The Spanish version of the MSCEIT exhibited adequate reliability at the full-scale, area, and branch levels. The reliabilities coefficients reported in the present study were slightly higher than those reported by Mayer et al. (2003) and Palmer et al. (2005), demonstrating the appropriateness of this version of the MSCEIT v. 2.0 in Spanish. Mayer et al. (2003) do not recommend scoring the MSCEIT at the level of the the eight task subscales due to lower reliability at this level. With the Spanish version of the MSCEIT the reliability coefficients for the individual tasks ranged from .63 to .90. The Facilitating subscale presented the lowest internal consistency coefficient (.63) using the expert scoring criterion, although this coefficient is similar to that reported in the English version (Mayer et al., 2003). Thus, as Mayer et al. (2003) suggest, we recommend using scores from the full scale, the area and branch levels, but to be especially cautious interpreting scores obtained from the individual task subscales. Some subscales such as those that comprise the Understanding and Facilitating branches could benefit from the inclusion of additional items that increase their individual reliability.
Mayer et al. (1999) proposed that for EI to be considered an «intelligence», measures of the construct should meet three traditional criteria. The results from the present study have been examined for two of these criteria, and they fulfil these requirements: 1) the abilities measured must exhibit significant intercorrelations; 2) there should be age related differences, thus, abilities should increase with age. Previous studies also demonstrated the suitability of the four branches of the model as basic emotional abilities, which comprises the third criterion (Mayer et al., 1999; Roberts et al., 2001). The current study found highly significant positive relationships between branch, area and overall scores, using both of the two scoring criteria. Moreover, these correlations were moderate, which provides evidence that each ability exhibits appropriate discriminant and convergent validity with respect to others; there is no excessive conceptual overlap. Finally, we found significant positive relationships between age and MSCEIT scores for full-scale, area and branch scores using the two scoring criteria. The inclusion of adolescents in our sample, and in the sample studied in Mayer et al. (1999), or the inclusion of quiet heterogeneous groups of age (Kafetsios, 2004), allowed for a higher degree of variability than in Palmer et al. (2005) study, and this could be the reason why some studies find age related differences on EI scores and others do not.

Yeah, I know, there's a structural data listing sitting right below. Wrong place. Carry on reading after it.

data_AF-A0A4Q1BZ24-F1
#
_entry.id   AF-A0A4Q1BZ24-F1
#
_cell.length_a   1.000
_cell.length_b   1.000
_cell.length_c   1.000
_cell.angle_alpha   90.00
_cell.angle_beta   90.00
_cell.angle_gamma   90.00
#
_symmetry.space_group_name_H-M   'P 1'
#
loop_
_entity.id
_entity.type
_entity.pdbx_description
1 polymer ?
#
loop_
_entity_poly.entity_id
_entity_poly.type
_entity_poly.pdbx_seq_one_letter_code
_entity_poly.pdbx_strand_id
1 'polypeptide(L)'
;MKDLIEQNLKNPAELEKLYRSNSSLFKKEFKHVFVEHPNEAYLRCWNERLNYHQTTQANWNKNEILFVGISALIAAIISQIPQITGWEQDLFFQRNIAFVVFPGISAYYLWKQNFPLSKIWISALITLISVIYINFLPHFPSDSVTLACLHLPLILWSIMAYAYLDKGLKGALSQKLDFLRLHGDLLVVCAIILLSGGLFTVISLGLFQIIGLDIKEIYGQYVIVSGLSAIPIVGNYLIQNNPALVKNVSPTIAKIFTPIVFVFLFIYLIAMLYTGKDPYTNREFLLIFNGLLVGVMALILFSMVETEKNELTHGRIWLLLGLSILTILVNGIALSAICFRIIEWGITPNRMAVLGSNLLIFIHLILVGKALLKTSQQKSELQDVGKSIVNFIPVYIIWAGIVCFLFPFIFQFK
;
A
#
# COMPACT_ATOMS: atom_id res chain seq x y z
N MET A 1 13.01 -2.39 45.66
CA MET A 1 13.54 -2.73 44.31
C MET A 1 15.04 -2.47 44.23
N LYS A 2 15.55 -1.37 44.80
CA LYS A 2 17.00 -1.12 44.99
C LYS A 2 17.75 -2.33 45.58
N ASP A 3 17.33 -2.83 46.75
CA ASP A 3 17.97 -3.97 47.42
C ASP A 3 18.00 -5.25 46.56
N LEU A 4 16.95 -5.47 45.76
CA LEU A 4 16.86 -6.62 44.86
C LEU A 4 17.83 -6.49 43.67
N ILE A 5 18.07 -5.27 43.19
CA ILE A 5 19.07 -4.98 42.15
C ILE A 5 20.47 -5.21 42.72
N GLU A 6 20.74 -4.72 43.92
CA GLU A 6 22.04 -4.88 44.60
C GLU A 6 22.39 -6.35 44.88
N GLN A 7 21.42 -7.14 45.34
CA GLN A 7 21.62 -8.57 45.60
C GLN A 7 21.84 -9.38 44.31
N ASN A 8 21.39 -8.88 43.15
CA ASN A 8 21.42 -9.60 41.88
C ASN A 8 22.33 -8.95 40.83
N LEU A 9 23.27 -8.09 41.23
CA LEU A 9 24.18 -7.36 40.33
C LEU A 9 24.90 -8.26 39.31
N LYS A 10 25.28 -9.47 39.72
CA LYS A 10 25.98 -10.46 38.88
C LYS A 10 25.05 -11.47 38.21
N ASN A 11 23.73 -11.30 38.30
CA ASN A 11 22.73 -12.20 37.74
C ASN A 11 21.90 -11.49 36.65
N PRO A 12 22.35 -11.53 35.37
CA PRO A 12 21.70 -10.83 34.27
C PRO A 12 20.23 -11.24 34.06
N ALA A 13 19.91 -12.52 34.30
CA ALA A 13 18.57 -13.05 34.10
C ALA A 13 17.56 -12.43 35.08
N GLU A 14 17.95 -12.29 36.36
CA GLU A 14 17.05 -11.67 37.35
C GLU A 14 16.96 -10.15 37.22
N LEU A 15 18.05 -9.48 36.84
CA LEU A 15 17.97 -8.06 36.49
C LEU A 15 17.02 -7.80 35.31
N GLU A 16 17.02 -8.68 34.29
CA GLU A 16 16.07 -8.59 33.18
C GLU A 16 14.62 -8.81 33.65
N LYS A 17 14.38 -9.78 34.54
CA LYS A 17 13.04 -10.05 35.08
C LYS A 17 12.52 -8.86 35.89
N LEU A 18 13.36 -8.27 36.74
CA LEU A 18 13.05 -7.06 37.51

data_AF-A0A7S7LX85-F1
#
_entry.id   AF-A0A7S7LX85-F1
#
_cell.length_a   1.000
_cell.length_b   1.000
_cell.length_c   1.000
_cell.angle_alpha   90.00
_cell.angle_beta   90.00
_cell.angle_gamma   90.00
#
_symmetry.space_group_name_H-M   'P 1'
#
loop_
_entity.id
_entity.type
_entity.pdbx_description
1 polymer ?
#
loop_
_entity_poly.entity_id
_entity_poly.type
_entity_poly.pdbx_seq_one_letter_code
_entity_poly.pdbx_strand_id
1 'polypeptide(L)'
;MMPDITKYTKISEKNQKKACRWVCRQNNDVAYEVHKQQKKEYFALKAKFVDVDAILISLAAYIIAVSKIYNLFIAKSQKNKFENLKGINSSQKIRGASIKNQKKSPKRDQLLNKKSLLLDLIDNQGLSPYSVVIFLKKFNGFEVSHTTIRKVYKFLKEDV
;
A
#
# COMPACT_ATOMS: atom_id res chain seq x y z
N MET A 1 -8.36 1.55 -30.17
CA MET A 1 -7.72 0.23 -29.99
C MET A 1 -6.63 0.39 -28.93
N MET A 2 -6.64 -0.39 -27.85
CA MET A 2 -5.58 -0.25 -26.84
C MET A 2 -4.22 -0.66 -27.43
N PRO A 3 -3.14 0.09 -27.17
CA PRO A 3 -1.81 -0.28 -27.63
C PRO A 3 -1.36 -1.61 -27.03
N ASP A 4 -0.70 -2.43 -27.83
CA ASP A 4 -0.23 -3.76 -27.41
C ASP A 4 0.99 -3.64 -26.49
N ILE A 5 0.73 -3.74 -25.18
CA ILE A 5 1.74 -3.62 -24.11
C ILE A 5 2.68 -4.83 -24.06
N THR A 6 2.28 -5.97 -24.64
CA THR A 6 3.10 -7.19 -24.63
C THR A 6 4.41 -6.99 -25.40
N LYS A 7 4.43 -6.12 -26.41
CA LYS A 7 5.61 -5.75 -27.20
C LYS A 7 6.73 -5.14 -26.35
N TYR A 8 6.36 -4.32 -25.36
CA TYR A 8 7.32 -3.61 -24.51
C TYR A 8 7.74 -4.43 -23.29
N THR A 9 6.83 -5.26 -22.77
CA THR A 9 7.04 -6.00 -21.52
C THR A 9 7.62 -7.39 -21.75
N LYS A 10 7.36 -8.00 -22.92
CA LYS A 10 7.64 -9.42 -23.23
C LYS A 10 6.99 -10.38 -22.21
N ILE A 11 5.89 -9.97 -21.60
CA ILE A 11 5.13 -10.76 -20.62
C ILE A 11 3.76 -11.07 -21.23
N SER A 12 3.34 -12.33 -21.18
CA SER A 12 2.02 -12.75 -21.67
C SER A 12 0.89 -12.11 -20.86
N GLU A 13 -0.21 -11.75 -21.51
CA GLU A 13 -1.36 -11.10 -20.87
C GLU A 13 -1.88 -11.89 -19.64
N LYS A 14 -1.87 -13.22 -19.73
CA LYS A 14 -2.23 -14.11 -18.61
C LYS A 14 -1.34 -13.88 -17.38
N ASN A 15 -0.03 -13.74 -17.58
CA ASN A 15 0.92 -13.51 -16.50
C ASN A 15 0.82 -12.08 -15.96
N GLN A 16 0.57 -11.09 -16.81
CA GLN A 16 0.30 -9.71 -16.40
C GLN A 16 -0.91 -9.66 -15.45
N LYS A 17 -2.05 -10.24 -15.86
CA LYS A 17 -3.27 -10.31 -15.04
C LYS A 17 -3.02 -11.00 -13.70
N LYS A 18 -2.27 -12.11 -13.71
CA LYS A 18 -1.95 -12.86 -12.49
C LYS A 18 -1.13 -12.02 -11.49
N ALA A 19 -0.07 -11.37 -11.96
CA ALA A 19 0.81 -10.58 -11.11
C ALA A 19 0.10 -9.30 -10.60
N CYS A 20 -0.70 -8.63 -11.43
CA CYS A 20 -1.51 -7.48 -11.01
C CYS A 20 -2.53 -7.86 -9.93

Future studies should take into account the age range of recruited samples, and try to include participants of various ages, avoiding exclusively college student samples. It is important to note, however, that our Spanish participants’ scores were based on a predominantly North American normative sample that was older than the sample recruited here. Therefore, future studies might be conducted using consensus scores determined with a Spanish population sample with a wide range of age. Also, it is necessary to examine the relationship between the consensus normative scoring methods determined with Mayer et al.’s. standardization data and consensual norms determined with Spanish general population sample, and their respective relationships with age and other criteria, as Palmer reported with Australian sample (Palmer et al., 2005). Developmental questions might be best addressed by using the newly created Mayer-Salovey-Caruso Emotional Intelligence Test: Youth Version (MSCEIT:YV; Mayer, Salovey, & Caruso, 2004), designed to assess emotional intelligence among pre-adolescents and adolescents (suitable for 12 to 18-year-olds), although unfortunately it has not been adapted and validated in a Spanish context yet.